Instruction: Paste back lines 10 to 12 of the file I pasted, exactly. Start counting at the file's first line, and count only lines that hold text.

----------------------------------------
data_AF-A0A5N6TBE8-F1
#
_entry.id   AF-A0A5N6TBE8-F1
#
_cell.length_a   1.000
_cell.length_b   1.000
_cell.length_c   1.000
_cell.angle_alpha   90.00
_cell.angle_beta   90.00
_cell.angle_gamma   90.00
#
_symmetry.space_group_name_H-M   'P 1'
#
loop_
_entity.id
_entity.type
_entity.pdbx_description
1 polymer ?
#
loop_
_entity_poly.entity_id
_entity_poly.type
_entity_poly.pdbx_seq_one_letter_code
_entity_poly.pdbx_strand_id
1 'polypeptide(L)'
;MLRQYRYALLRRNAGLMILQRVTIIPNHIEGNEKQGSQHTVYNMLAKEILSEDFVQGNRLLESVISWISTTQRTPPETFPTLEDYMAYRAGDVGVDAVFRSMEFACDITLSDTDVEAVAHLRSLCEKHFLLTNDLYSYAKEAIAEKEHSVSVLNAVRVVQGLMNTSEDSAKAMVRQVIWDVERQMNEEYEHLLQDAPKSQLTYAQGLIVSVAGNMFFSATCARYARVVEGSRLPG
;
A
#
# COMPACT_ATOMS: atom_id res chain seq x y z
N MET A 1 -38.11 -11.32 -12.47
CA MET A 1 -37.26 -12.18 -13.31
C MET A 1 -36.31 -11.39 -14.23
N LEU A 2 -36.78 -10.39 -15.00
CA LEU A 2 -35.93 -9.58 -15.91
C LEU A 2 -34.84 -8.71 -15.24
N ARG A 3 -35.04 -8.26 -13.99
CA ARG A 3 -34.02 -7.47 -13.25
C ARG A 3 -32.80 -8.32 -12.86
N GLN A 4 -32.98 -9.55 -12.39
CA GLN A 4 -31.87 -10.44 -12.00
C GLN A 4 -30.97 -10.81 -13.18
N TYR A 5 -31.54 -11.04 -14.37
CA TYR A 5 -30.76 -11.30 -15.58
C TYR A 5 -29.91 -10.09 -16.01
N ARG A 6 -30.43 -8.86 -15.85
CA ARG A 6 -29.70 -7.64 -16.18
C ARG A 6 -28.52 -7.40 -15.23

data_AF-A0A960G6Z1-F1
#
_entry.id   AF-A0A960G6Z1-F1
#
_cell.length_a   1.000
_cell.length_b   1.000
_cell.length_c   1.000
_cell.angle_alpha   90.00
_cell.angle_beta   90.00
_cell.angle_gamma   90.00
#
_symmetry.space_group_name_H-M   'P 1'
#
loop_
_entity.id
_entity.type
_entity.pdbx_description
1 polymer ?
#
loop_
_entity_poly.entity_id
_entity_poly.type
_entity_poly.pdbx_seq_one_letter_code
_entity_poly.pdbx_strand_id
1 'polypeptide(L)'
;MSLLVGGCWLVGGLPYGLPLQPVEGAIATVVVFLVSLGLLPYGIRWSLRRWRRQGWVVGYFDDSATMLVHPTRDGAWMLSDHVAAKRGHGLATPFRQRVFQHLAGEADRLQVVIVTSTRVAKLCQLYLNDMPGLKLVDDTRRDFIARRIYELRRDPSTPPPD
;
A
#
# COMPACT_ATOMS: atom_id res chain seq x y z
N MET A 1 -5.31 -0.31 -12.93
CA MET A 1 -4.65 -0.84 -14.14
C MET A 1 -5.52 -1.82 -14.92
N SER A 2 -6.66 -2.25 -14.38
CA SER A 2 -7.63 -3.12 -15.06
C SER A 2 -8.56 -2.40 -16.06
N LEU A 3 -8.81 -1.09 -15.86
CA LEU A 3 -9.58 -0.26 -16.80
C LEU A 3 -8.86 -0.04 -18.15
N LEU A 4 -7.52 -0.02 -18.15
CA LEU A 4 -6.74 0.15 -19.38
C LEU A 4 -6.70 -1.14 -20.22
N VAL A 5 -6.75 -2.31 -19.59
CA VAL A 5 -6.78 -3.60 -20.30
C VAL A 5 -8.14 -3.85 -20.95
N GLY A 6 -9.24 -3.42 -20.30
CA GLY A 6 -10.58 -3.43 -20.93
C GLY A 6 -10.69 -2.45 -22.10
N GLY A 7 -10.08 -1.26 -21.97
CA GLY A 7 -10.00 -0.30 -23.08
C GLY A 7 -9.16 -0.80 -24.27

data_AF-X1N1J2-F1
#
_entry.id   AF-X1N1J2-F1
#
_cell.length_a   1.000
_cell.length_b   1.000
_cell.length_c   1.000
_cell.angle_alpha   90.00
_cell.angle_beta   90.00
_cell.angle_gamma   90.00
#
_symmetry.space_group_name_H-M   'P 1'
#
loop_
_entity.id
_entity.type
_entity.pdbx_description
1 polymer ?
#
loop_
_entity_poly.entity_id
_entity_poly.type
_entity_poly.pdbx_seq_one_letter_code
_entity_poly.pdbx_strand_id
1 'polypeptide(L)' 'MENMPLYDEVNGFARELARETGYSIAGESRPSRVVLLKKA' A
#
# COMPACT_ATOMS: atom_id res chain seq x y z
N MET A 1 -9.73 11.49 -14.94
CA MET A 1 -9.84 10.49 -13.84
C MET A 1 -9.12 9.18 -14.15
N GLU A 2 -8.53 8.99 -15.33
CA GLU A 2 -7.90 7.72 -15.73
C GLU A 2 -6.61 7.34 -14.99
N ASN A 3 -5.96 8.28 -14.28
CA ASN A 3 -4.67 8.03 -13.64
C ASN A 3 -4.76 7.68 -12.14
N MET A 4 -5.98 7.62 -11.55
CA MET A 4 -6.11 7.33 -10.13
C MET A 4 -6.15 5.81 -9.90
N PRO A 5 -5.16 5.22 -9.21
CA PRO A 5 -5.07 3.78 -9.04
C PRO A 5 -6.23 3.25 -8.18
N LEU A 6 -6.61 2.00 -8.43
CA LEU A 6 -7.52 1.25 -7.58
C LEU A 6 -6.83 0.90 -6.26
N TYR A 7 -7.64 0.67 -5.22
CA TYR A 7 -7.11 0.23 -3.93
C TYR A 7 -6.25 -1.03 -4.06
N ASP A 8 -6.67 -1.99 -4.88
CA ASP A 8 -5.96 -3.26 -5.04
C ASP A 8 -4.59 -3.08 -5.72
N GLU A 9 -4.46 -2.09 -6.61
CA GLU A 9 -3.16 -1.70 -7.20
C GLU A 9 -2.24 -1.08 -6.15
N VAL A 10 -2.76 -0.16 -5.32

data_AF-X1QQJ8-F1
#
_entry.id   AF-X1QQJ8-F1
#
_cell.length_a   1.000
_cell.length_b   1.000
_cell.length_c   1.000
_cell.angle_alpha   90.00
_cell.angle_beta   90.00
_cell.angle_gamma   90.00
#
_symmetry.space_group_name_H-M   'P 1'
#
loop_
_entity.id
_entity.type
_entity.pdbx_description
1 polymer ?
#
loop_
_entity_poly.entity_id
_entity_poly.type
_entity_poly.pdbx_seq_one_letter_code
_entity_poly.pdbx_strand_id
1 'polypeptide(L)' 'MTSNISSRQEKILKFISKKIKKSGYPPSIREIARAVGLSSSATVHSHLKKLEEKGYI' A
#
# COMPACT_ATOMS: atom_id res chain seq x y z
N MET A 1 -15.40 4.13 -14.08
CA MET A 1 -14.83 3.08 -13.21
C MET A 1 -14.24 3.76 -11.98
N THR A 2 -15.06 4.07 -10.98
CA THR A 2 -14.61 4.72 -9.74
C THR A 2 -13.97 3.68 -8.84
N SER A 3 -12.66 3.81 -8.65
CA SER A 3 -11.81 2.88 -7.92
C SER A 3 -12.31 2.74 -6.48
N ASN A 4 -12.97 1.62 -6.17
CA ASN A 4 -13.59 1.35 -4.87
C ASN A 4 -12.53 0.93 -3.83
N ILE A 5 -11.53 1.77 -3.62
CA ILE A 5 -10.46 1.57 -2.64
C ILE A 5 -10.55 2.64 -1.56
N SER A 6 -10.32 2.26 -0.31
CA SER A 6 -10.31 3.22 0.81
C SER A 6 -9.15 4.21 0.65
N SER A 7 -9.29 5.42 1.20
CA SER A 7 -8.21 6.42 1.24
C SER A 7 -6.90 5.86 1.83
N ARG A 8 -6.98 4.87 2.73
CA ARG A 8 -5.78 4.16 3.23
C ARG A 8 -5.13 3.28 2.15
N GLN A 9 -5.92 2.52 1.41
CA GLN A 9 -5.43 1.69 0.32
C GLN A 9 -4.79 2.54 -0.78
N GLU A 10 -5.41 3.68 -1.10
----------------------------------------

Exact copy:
_cell.angle_gamma   90.00
#
_symmetry.space_group_name_H-M   'P 1'